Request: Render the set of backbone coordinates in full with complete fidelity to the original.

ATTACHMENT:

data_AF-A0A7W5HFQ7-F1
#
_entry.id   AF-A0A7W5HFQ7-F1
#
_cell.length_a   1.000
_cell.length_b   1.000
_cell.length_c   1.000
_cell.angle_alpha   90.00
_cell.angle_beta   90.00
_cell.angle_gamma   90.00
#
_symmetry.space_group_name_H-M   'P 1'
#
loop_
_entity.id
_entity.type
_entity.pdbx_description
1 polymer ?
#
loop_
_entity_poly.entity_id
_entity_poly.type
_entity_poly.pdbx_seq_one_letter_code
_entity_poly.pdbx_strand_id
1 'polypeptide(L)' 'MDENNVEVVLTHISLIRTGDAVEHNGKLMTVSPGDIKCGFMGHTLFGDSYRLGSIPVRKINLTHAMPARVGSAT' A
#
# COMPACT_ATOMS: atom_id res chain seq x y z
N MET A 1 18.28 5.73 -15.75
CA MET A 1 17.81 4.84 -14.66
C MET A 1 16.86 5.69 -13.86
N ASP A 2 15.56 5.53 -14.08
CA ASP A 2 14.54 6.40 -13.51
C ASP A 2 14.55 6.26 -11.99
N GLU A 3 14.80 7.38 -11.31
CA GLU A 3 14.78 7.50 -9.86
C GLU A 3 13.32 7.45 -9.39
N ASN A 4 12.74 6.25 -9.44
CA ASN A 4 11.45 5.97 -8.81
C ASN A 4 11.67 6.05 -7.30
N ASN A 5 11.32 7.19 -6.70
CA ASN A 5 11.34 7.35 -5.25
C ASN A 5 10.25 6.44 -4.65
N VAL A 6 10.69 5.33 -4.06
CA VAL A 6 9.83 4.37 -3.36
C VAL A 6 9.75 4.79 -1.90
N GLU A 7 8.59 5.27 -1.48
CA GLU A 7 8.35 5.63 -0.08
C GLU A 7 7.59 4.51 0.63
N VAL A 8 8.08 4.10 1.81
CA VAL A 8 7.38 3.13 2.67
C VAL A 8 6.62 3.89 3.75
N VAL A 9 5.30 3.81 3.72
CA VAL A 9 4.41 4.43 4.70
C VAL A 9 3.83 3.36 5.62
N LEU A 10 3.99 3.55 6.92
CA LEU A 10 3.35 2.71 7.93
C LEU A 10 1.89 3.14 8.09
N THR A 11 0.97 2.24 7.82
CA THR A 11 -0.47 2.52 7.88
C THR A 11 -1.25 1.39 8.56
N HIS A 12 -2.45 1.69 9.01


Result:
data_AF-A0A7W5HFQ7-F1
#
_entry.id   AF-A0A7W5HFQ7-F1
#
_cell.length_a   1.000
_cell.length_b   1.000
_cell.length_c   1.000
_cell.angle_alpha   90.00
_cell.angle_beta   90.00
_cell.angle_gamma   90.00
#
_symmetry.space_group_name_H-M   'P 1'
#
loop_
_entity.id
_entity.type
_entity.pdbx_description
1 polymer ?
#
loop_
_entity_poly.entity_id
_entity_poly.type
_entity_poly.pdbx_seq_one_letter_code
_entity_poly.pdbx_strand_id
1 'polypeptide(L)' 'MDENNVEVVLTHISLIRTGDAVEHNGKLMTVSPGDIKCGFMGHTLFGDSYRLGSIPVRKINLTHAMPARVGSAT' A
#
# COMPACT_ATOMS: atom_id res chain seq x y z
N MET A 1 18.28 5.73 -15.75
CA MET A 1 17.81 4.84 -14.66
C MET A 1 16.86 5.69 -13.86
N ASP A 2 15.56 5.53 -14.08
CA ASP A 2 14.54 6.40 -13.51
C ASP A 2 14.55 6.26 -11.99
N GLU A 3 14.80 7.38 -11.31
CA GLU A 3 14.78 7.50 -9.86
C GLU A 3 13.32 7.45 -9.39
N ASN A 4 12.74 6.25 -9.44
CA ASN A 4 11.45 5.97 -8.81
C ASN A 4 11.67 6.05 -7.30
N ASN A 5 11.32 7.19 -6.70
CA ASN A 5 11.34 7.35 -5.25
C ASN A 5 10.25 6.44 -4.65
N VAL A 6 10.69 5.33 -4.06
CA VAL A 6 9.83 4.37 -3.36
C VAL A 6 9.75 4.79 -1.90
N GLU A 7 8.59 5.27 -1.48
CA GLU A 7 8.35 5.63 -0.08
C GLU A 7 7.59 4.51 0.63
N VAL A 8 8.08 4.10 1.81
CA VAL A 8 7.38 3.13 2.67
C VAL A 8 6.62 3.89 3.75
N VAL A 9 5.30 3.81 3.72
CA VAL A 9 4.41 4.43 4.70
C VAL A 9 3.83 3.36 5.62
N LEU A 10 3.99 3.55 6.92
CA LEU A 10 3.35 2.71 7.93
C LEU A 10 1.89 3.14 8.09
N THR A 11 0.97 2.24 7.82
CA THR A 11 -0.47 2.52 7.88
C THR A 11 -1.25 1.39 8.56
N HIS A 12 -2.45 1.69 9.01